From there he’s hardly put a foot wrong, starting at 12 against the Wallabies in Wellington, then coming off the bench in the home Tests against Argentina and South Africa, before moving to outside centre for the road games in Argentina and South Africa and the third Bledisloe in Auckland (where the win streak hit 18, and record territory).
He has run hard and elusively, offloaded with precision and handled every challenge thrown his way. He is a stout defender and his combination with Crotty has quickly settled into something that appears to be bringing the best out of both men.
He’s also an anachronism. A bolter. A surprise selection in an era when nearly every fine young All-Black-in-waiting is heavily signposted. But Lienert-Brown’s whirlwind rise had that feeling of unexpectedness, of freshness, of a roll-the-dice risk that came up a winner. Yes, the kid had talent. But who knew he could be this good?
‘His strength is in the carry and his ability to offload, and he’s running some great lines. He’s just going out there and doing his job really well, and that’s why the perception is we’re playing as a good combination,’ noted Crotty before the November jaunt north.
Foster says it’s been hard not to be impressed by his ability to take on new things, yet still retain his natural game.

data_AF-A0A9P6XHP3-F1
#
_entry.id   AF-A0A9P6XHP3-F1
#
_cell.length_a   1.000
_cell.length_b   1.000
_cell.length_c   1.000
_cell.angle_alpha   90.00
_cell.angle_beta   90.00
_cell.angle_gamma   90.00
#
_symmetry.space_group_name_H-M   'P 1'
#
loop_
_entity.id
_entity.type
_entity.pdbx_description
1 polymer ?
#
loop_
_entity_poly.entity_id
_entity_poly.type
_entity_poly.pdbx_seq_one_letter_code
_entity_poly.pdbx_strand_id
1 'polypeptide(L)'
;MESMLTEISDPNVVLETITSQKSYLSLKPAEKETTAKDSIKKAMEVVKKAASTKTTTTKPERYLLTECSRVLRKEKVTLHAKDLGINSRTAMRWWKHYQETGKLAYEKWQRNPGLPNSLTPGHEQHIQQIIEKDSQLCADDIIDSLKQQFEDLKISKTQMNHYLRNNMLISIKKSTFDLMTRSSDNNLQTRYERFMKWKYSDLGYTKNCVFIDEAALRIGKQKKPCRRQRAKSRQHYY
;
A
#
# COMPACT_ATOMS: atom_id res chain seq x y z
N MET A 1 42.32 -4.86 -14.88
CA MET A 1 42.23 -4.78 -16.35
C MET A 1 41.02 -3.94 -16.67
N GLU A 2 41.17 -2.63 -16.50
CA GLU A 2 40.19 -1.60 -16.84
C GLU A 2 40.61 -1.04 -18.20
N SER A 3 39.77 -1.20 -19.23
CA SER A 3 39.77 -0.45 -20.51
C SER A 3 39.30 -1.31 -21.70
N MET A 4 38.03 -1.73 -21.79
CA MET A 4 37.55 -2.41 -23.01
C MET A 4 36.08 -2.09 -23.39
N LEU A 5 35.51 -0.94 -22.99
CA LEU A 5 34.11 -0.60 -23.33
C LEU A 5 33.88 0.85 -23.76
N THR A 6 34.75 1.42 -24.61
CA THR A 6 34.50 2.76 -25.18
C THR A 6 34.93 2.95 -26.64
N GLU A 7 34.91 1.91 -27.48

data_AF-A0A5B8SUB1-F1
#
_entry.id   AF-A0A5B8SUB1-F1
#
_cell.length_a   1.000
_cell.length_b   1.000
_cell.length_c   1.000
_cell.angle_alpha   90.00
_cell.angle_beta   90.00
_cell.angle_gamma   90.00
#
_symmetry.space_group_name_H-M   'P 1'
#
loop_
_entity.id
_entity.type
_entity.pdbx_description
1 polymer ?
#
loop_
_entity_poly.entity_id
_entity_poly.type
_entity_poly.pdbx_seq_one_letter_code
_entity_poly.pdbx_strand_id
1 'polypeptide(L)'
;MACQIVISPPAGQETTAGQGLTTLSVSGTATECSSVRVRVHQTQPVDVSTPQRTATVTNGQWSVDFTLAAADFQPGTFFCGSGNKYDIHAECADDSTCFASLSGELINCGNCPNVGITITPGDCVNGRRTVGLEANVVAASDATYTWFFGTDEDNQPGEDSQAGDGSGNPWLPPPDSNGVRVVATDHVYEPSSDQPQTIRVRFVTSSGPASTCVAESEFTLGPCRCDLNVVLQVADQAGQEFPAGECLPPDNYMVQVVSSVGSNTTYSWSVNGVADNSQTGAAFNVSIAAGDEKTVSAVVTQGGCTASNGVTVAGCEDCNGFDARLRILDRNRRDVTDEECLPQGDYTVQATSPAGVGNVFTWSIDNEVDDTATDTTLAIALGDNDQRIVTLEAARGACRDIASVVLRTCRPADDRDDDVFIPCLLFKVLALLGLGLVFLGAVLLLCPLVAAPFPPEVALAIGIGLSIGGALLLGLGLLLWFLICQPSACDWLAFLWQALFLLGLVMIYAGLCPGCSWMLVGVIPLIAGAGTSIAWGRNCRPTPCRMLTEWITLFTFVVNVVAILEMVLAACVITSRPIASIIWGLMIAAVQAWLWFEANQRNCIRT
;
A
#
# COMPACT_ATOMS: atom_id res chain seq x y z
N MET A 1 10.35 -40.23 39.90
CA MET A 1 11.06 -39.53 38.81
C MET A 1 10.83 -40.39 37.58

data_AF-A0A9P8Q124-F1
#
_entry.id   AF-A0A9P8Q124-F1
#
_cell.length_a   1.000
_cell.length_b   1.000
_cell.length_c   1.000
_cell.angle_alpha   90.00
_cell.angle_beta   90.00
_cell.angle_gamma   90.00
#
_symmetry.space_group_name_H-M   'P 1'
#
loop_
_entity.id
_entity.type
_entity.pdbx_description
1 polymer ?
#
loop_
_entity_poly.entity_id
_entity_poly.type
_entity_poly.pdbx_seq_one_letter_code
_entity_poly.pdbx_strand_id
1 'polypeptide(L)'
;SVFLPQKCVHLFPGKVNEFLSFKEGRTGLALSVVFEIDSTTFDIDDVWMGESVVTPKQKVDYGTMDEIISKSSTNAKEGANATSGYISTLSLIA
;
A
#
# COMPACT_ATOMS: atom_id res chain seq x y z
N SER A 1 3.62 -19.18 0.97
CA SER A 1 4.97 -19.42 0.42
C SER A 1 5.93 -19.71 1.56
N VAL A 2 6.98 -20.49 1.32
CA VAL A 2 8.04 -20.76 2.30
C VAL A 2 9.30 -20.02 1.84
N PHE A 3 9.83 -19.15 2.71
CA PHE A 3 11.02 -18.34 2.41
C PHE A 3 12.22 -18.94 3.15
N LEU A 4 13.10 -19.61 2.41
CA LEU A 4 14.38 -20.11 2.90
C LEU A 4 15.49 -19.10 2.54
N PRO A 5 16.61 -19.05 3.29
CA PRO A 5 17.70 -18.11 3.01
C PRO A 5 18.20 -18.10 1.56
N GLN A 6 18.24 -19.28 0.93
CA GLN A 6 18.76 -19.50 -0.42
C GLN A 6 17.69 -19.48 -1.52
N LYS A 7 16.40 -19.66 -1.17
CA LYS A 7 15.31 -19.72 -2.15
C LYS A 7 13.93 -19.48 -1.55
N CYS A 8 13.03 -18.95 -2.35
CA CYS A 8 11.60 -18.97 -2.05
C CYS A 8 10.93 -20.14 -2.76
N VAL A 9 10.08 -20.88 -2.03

‘The good thing is while he’s making gains in some of his running lines, he’s still able to keep his instincts about how he wants to play. His offload game has been good, he’s got quick feet and he’s handled the introduction to Test level really well.’
But Foster adds: ‘He’s going to be analysed a lot more and people are going to be working on how to shut him down. His challenge is the same as every player when they make a big impact early − to not get complacent and keep figuring out how they can keep improving.’
Head coach Steve Hansen loves his newcomer’s ‘demeanour’ under pressure. ‘He’s got the ability to cope with it. His skills are complementing what we’re trying to do in his combination with Crotts. Alby is not the finished product by any stretch but he’s shown us plenty and he’s getting reward for it.’
Foster believes simplicity has been key in a team filled with world-class performers.
‘He looks for a picture in front of him and reacts to that. That’s probably his greatest strength. His work off the park has been considerable, too. We’ve challenged him the past couple of months about some parts of his game and his attention off the park has been really good.’
Fellow Chief and All Black Sam Cane is rapt that Lienert-Brown has finally got a chance to prove himself. ‘Rarely do you see people coming into the All Blacks environment and adapting and stepping up the way he has. But it’s been a long time coming. His first couple of years out of school he had a couple of bum runs with injury that pegged him back a wee bit.
‘But he’s got great all-round skills, there are no real weaknesses to his game, yet he’s only 21 and only going to improve. The best part is he’s got his head firmly on his shoulders and he’s not getting carried away.’
He’s not. But the rest of us certainly are.
– This article first appeared in the December edition of SA Rugby magazine.